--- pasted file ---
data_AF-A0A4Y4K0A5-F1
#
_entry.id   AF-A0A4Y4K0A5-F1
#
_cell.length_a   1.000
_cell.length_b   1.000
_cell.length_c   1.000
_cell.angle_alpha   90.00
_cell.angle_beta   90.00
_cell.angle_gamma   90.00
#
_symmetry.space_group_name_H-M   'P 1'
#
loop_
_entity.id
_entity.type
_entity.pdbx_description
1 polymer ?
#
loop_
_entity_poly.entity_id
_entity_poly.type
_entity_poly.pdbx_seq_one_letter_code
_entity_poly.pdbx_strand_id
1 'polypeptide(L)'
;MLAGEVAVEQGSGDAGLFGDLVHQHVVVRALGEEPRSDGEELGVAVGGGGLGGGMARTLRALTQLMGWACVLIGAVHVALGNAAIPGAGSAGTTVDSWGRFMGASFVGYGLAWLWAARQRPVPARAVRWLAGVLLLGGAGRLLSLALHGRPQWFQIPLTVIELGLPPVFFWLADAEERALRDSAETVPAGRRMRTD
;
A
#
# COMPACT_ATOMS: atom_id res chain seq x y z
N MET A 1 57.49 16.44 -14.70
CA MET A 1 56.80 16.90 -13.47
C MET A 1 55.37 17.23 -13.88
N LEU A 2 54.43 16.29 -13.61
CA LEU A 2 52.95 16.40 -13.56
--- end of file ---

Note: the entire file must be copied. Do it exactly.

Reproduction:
data_AF-A0A4Y4K0A5-F1
#
_entry.id   AF-A0A4Y4K0A5-F1
#
_cell.length_a   1.000
_cell.length_b   1.000
_cell.length_c   1.000
_cell.angle_alpha   90.00
_cell.angle_beta   90.00
_cell.angle_gamma   90.00
#
_symmetry.space_group_name_H-M   'P 1'
#
loop_
_entity.id
_entity.type
_entity.pdbx_description
1 polymer ?
#
loop_
_entity_poly.entity_id
_entity_poly.type
_entity_poly.pdbx_seq_one_letter_code
_entity_poly.pdbx_strand_id
1 'polypeptide(L)'
;MLAGEVAVEQGSGDAGLFGDLVHQHVVVRALGEEPRSDGEELGVAVGGGGLGGGMARTLRALTQLMGWACVLIGAVHVALGNAAIPGAGSAGTTVDSWGRFMGASFVGYGLAWLWAARQRPVPARAVRWLAGVLLLGGAGRLLSLALHGRPQWFQIPLTVIELGLPPVFFWLADAEERALRDSAETVPAGRRMRTD
;
A
#
# COMPACT_ATOMS: atom_id res chain seq x y z
N MET A 1 57.49 16.44 -14.70
CA MET A 1 56.80 16.90 -13.47
C MET A 1 55.37 17.23 -13.88
N LEU A 2 54.43 16.29 -13.61
CA LEU A 2 52.95 16.40 -13.56